Continued staffing challenges as service model shifts
Michelle Murer took over as the director of special education at Portland Public Schools in November after serving as interim director.
Murer said her focus over the next two months is on collecting feedback from families and staff involved in the special education program, in order to draft a multiyear plan for the department by the end of 2023.
The goal for PPS now and in the future, she said, is to include and instruct students with disabilities in the general education setting as much as possible, in an effective and efficient way.
But Murer didn’t share any immediate steps to make things more effective or efficient beyond suggestions about changing schedules or mentioning PPS’ Virtual Academy, an online school available to students.
This past fall, Portland Public Schools and the Portland Association of Teachers were in talks over language in their contract. The union hosted a campaign in October to raise awareness about special education challenges, including paraeducator shortages, the safety of students with significant medical needs, and concerns about elementary students in special education accessing a new language arts curriculum.
The district responded with an outline of staffing and resources for students who receive special education services. In that October message, district officials said there were 32 paraeducator vacancies. By late December, Murer said there were still about 20 paraeducator openings and several openings for special education teachers, including some to replace people who left mid-year.
“There’s a true desire to support these kids, and they have a lot of issues that we aren’t certain how … what to do,” Murer said. “We have a lot of kids with mental health issues.”
She acknowledged that unfilled positions impact students.
“There’s going to be some times in a building where people are all running to one situation that’s an emergency situation, that’s going to happen,” Murer said. “But it’s always happened. I just think it’s gotten more news.”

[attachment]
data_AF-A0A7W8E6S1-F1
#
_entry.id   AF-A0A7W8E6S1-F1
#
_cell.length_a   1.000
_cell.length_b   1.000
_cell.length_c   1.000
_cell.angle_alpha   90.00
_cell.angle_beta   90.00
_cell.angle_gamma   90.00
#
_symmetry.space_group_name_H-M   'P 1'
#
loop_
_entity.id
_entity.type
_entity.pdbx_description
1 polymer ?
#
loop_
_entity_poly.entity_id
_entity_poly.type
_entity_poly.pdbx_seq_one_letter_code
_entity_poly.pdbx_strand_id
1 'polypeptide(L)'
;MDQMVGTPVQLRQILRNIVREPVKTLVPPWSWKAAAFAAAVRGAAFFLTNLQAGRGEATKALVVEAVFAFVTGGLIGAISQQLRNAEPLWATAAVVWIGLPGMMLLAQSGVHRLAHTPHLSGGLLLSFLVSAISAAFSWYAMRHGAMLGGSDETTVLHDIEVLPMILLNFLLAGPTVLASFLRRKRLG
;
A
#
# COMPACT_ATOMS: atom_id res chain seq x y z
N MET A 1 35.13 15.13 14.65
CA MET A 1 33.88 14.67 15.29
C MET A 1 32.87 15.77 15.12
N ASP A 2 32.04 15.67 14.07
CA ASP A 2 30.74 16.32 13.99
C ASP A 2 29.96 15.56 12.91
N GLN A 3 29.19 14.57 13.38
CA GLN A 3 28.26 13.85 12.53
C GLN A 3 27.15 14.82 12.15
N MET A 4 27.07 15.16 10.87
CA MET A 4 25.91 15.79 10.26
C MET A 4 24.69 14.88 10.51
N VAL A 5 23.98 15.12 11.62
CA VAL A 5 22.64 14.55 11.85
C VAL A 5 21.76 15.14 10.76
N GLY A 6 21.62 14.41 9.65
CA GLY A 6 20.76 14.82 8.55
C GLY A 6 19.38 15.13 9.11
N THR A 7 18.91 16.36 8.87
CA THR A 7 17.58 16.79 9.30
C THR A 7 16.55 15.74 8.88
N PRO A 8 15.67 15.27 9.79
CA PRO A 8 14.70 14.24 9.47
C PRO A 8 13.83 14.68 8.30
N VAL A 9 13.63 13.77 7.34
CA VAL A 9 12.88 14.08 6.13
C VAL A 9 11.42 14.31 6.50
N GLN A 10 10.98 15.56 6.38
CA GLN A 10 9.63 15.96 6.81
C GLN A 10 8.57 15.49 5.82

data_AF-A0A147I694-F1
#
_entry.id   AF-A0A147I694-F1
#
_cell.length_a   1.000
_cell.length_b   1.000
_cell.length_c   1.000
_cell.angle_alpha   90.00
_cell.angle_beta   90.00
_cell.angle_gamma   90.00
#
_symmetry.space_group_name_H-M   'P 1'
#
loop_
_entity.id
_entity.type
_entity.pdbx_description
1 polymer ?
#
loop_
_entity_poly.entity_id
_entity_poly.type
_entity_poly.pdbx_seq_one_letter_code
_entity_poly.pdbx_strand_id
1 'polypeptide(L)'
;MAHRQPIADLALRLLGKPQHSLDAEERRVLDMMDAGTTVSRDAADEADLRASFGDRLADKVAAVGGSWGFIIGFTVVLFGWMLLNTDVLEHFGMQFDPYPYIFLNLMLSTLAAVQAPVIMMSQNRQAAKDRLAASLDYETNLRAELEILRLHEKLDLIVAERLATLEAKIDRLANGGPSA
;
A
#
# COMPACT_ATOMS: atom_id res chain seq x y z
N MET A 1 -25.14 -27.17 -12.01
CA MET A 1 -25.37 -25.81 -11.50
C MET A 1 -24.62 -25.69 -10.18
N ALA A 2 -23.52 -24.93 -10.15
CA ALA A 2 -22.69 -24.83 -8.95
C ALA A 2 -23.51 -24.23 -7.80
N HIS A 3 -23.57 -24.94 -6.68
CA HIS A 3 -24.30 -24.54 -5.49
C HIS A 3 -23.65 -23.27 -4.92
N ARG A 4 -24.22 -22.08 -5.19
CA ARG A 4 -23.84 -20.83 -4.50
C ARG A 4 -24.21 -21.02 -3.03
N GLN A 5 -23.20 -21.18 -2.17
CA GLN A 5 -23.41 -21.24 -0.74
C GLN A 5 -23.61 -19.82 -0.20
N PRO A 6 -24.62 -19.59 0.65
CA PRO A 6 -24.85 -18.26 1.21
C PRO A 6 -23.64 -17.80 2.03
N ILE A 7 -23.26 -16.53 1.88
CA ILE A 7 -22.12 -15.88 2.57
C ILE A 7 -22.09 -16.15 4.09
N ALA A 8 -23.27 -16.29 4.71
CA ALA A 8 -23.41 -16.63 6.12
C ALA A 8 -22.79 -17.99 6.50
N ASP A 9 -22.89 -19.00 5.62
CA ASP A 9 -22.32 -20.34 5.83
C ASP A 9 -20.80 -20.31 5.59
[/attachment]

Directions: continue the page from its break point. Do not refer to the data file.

But Murer doesn’t see a quick end to the staffing challenges plaguing districts like PPS.
“We have to rethink to some extent, the best way to do this, because this isn’t going to go away,” Murer said. “I don’t think all of a sudden next year we’re going to have a full staff and all trained … it’s not going to happen overnight.”
But some staff say the challenges can’t wait. Sarah Vazquez, a speech language pathologist and feeding specialist who works across the district, helps students with eating, drinking and other health-related concerns that may be barriers to accessing education.
Vazquez said she is “frightened” there are so few staff working directly to develop safe protocols for students with disabilities.
“My understaffed and undervalued team can’t look parents in the eye and tell them that their kids are safe at school because I can no longer stand by that statement while operating on a skeleton crew,” Vazquez said.
In an October memo about special education staffing, district officials said they reduced the staffing allocation for the feeding team after a speech language pathologist resigned, while also citing the “significant reduction” of students needing support — from 160 students last year to 120 students forecast for this school year.
“What my team does is literally prevent the risk of choking and aspiration, which is an airway-related event, when food enters the airway,” Vazquez said.